AC/DC drummer won’t face murder for hire charge
WELLINGTON, New Zealand — New Zealand authorities made an embarrassing about-face on Friday when prosecutors dropped a murder-for-hire charge against AC/DC drummer Phil Rudd, saying there was not enough evidence to proceed. But the 60-year-old member of the popular Australian band still faces a serious charge of threatening to kill, which comes with a maximum prison term of seven years. He also faces charges of possessing methamphetamine and marijuana. Police had initially accused Rudd of trying to arrange for a hit man to carry out two killings, and had charged him with attempting to procure murder, which comes with a maximum 10-year sentence. But when prosecutors took over the case, they quickly dropped the charge. Rudd’s lawyer, Paul Mabey, said the damage to his client had been incalculable and he was considering possible remedies. “The charge alleging an attempt to procure murder should never have been laid,” Mabey said in a statement, adding, “Mr. Rudd has suffered unnecessary and extremely damaging publicity as a result of widespread and sensational reporting of a very serious allegation, which on any basis was never justified.” Mabey said Rudd would defend the other charges against him. LOS ANGELES — A judge on Thursday ended Lindsay Lohan’s probation in a necklace theft case and said she appears to be doing well. Superior Court Judge James R. Dabney said the actress received favourable reports from her counsellor. He ordered her to continue to receive psychological counselling and perform the community service as part of her probation in the 2012 case involving reckless driving and lying to police. Dabney said Lohan has completed 102 hours of a 240-hour community service sentence. Over the years, Lohan was briefly jailed five times and sentenced to rehab for a variety of violations ranging from failing to perform her community service to skipping counselling sessions. Now 28, she is in London appearing in a stage production of the play Speed the Plow.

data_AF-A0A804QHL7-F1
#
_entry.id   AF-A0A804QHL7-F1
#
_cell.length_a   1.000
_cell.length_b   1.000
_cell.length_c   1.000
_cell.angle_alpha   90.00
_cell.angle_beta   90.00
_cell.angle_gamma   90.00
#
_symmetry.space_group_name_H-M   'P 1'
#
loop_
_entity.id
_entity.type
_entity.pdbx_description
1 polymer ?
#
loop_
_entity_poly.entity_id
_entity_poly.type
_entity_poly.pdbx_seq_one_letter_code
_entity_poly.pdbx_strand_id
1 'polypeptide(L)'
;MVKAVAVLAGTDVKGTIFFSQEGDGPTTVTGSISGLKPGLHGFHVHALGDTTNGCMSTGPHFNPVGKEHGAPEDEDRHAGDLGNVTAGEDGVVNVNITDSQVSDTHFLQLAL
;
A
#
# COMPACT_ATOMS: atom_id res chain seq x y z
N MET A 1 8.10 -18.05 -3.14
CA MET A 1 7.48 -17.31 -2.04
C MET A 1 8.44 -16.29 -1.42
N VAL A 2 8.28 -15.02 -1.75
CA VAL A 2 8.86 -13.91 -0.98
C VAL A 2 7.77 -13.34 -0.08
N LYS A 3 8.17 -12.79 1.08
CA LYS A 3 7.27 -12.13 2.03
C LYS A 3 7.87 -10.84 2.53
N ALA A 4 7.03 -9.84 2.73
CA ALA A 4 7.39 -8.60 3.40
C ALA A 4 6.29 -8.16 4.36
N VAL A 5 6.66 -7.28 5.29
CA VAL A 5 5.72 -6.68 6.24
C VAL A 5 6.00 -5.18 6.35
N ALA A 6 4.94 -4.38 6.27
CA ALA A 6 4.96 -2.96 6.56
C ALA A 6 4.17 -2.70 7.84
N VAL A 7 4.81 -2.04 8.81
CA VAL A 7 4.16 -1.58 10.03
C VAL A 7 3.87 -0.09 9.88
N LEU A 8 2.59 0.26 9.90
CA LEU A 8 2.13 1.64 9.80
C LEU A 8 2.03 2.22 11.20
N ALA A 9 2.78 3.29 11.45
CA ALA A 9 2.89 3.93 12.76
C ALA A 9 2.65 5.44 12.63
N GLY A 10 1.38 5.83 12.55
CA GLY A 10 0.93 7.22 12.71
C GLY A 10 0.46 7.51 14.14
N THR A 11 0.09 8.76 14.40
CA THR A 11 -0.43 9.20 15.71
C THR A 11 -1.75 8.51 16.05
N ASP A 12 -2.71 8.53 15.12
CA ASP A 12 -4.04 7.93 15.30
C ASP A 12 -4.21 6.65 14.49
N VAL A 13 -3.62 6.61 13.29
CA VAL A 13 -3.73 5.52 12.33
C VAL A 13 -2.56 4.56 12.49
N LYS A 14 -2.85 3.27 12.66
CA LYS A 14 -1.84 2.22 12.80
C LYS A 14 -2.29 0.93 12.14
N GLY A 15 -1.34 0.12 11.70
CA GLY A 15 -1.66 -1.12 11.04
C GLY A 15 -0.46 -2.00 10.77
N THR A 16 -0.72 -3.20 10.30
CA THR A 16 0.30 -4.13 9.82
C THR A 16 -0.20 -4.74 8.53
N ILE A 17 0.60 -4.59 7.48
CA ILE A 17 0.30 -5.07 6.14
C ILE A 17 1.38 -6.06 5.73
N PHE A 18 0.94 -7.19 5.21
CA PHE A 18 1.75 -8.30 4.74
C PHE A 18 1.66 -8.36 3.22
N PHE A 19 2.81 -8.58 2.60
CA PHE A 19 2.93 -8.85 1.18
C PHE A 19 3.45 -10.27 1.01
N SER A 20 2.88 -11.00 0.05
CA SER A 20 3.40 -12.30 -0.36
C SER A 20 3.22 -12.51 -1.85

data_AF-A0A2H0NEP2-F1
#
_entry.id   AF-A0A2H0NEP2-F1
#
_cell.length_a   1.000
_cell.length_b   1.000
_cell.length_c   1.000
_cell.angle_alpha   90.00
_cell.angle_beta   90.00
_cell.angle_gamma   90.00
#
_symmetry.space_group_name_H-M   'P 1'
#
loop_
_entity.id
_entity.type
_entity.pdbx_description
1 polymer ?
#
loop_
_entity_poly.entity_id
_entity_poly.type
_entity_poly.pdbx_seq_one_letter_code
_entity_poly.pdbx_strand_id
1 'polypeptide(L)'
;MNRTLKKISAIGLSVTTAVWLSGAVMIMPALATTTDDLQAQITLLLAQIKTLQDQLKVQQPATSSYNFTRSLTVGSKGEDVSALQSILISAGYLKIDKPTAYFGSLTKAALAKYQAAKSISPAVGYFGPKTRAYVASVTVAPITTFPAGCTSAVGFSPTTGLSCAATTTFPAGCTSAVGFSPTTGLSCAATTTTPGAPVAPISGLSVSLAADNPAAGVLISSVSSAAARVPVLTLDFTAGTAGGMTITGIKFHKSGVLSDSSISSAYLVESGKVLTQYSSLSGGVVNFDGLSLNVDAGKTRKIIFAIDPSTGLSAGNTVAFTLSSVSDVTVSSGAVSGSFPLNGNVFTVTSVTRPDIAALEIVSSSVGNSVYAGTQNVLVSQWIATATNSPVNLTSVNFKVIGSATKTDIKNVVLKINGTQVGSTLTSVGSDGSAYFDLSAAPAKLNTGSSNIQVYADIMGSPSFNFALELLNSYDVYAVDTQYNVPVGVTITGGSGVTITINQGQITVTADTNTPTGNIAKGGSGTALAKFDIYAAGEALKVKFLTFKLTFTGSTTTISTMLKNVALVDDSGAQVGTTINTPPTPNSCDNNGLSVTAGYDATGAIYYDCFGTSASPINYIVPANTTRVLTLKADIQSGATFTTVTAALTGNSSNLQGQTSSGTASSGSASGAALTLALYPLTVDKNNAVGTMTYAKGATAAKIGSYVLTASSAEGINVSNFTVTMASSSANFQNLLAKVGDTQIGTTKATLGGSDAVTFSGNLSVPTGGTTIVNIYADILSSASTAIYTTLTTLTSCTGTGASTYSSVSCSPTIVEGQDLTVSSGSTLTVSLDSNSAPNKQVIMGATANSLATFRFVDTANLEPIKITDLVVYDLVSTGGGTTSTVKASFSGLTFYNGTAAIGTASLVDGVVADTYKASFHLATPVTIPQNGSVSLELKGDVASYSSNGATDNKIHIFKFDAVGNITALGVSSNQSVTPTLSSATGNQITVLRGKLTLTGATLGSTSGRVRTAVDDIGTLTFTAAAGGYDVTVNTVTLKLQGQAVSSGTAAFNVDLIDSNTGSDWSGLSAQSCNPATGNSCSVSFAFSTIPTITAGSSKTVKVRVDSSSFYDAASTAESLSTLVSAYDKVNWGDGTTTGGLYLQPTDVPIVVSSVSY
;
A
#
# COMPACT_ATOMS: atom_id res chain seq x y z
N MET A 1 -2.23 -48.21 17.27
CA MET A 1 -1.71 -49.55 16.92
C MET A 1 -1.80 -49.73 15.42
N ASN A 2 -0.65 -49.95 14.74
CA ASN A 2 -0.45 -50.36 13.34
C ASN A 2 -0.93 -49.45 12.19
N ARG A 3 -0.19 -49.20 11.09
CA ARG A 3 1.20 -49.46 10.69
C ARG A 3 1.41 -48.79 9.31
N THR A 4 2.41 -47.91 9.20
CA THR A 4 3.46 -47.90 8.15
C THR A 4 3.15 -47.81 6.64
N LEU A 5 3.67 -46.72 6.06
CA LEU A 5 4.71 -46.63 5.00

T— Mick Fleetwood says he hopes Stevie Nicks will eventually find time to contribute to the new music Fleetwood Mac is recording — which could ultimately form the band’s first album in nearly 30 years with its entire principal lineup intact. The newly reformed rock titans — who welcomed keyboardist Christine McVie back into the fold for a tour that hits Winnipeg on Monday and other Canadian cities in the coming months — went into the studio “many months ago now” to work on new material, Fleetwood said. Lindsey Buckingham has called the new material “profound,” an adjective that Fleetwood agrees with enthusiastically.
“It is profound. It’s great,” the 67-year-old drummer says. “The four of us went in... and had a lot of fun — for Chris, just reconnecting, playing music, with no particular thought in mind. “I hope it becomes part of something that will make sense. But (bassist) John (McVie), Lindsey and me and Chris, we were all participating. So it’s exciting.” The band’s last album of new material was 2003’s Say You Will, but the last to feature the band’s most successful five-piece lineup was 1987’s Tango in the Night. Asked whether Nicks would eventually be involved in the recording, Fleetwood replied, “We hope so.” “Right now we’ve got this tour to do and it’s very time-consuming, so we’ll see,” he added. “It will come out one way or another.” He’s clearly deriving a deep satisfaction from the band’s long-awaited reunion.
“It’s a great time for all of us in Fleetwood Mac,” he said. “Certainly me, (who) tended to be the gatekeeper — or my insecurity forced me to keep the band going, who knows really what it might have been. “We owe it, I think, to get some things right. It’s more of a spirited, emotional thing. It’s a great time for all of us.”